WeWork has surrendered three lease commitments in Hong Kong as the US co-working giant continues to restructure its portfolio, according to a person with knowledge of the matter who spoke to Mingtiandi.
Mingtiandi understands that WeWork has surrendered its centre in Wharf’s Harbour City complex in Tsim Sha Tsui, which failed to open in the last quarter of 2019, and has handed back its facility in the Harbourside HQ in Ngau Tau Kok after renovations on both locations had been mostly completed. The company has also failed to open a third previously announced location at Hysan Place in Causeway Bay.
The pullback by WeWork comes as social distancing measures to stop the spread of COVID-19 have emptied co-working spaces in the Asian financial hub, forcing co-working operators in the city to further pare their portfolios.
Shelving Plans Before Moving In
In the once-bustling Tsim Sha Tsui retail hub, WeWork has abandoned its 150,000 square foot space at Gateway Tower 6 in Harbour City after leasing the grade A property last year at a reported HK$60 per square foot per month. The six-floor office is only a ten-minute ferry ride across Victoria Harbour from the Central pier.
“The challenge with the locations WeWork have handed back is that the market has moved since these leases were committed to and therefore any incoming tenant, whether flexible workspace operator or not, will be looking at a discount to the rents WeWork were paying,” said Jonathan Wright, director of flexible workspace services for Asia at Colliers International.
In Kowloon Bay, the company is also said to have walked away from a largely completed facility in CSI’s Harbourside HQ, which was known until recently as the Octa Tower.
WeWork is said to have leased the 47,600 square feet space near the Ngau Tau Kok MTR station for the equivalent of HK$25 per square foot per month, and had earlier announced that the co-working hub would commence operations in the fourth quarter of 2019.
The Kowloon location of these two centres may have helped make them expendable, one analyst indicated.
“Given the bleak outlook of the coworking market right now, co-working firms like WeWork have to minimise their costs, and are likely to opt out of offices in Kowloon first due to the abundance of supply in the sub-market compared to the Greater Central area,” said Vincent Cheung, managing director of Vincorn Consulting and Appraisal.
Both locations have been listed for lease despite renovations having been completed, after WeWork opted to trim its footprint in the city, according to the media account.
In Causeway Bay, WeWork has also terminated its lease for a centre in Hysan Place, which the shared office giant had previously said it would open during the final three months of 2019.
Timing the Market
During October, WeWork had announced plans to open four new Hong Kong locations by the end of 2019, including centres at The Quayside in Kwun Tong and at Henderson Land’s H Code on Pottinger Street in Central, in addition to the aborted locations in Tsim Sha Tsui, Kowloon Bay and Causeway Bay. Since that time, the H Code and The Quayside centres have opened successfully.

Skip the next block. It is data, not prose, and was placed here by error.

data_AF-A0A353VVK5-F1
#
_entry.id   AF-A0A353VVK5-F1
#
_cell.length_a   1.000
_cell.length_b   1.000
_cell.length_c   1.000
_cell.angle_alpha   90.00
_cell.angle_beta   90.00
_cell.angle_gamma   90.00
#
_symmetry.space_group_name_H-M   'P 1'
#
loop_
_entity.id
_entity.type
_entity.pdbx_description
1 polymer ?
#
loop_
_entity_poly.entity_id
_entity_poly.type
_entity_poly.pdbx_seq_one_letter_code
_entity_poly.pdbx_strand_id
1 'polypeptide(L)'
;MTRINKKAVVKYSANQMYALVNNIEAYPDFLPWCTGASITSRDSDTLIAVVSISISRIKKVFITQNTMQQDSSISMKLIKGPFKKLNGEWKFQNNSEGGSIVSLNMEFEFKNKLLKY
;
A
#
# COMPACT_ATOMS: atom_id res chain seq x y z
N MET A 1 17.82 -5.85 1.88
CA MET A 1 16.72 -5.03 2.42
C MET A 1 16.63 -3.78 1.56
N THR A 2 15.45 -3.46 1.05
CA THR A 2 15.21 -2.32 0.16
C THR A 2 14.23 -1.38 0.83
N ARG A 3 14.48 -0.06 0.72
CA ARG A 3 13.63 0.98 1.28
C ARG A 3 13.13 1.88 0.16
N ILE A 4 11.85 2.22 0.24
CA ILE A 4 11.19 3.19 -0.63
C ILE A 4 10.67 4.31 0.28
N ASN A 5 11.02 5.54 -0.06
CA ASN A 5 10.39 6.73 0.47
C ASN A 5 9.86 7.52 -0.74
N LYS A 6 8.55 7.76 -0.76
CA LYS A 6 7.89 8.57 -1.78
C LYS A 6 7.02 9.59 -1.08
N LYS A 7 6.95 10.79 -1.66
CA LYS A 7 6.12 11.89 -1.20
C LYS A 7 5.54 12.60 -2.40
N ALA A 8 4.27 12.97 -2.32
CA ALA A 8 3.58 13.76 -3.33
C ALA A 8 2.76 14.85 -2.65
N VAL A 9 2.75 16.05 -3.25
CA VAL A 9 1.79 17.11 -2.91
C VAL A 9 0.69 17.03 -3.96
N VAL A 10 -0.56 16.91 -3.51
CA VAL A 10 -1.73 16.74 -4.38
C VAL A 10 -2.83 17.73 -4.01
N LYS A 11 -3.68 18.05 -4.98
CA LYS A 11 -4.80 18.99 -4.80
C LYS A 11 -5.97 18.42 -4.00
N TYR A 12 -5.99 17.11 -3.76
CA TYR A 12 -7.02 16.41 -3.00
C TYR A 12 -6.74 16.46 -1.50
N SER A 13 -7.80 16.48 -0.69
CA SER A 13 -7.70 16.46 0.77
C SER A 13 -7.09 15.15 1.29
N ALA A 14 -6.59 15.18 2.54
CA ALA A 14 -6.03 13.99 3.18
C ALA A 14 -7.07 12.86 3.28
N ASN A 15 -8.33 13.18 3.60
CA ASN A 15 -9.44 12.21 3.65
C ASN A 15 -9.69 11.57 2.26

From March through August last year WeWork had signed five new leases representing 425,000 square feet of office space. Since that time, in addition to abandoning the three locations now on the market, in November the firm surrendered half of a 60,000 square foot space it had agreed to occupy in the Hopewell Centre in Wanchai.
WeWork’s woes come as the vacancy rate for grade A office space in Central rose to 4.6 per cent in the first quarter of 2020, up from 3.8 percent from the previous three months, according to a report released in April by property agency Savills. Citywide, vacancy rates have risen from 2.6 percent in March 2019 to 5.2 percent in March 2020, the agency found.
With office demand wavering, operators such as WeWork are finding that committing to long term leases carries significant downsides, with landlord support becoming critical to establishing successfully flexible office locations.
“What flexible workspace locations on leases being handed back to landlords highlights is that leases are not a lower risk way of bringing a flexible workspace operator into an asset and we expect partnerships and management agreements to become more common,” Colliers’ Wright said.
Among the Hong Kong locations that WeWork has been able to open over the last six months, the company’s centre at the Quayside was established through a joint venture with the building’s developer, a joint venture between Link REIT and private local builder Nan Fung.
In some instances, landlords have decided to go solo as troubled flexible office operators walk away from deals.
After local co-working provider Campfire walked away from a planned nine-floor centre at the V-Point commercial building in Causeway Bay late last year, the owner of the building decided to self-operate the facility, telling a local media outlet in March that it had succeeded in leasing out 70 percent of the space.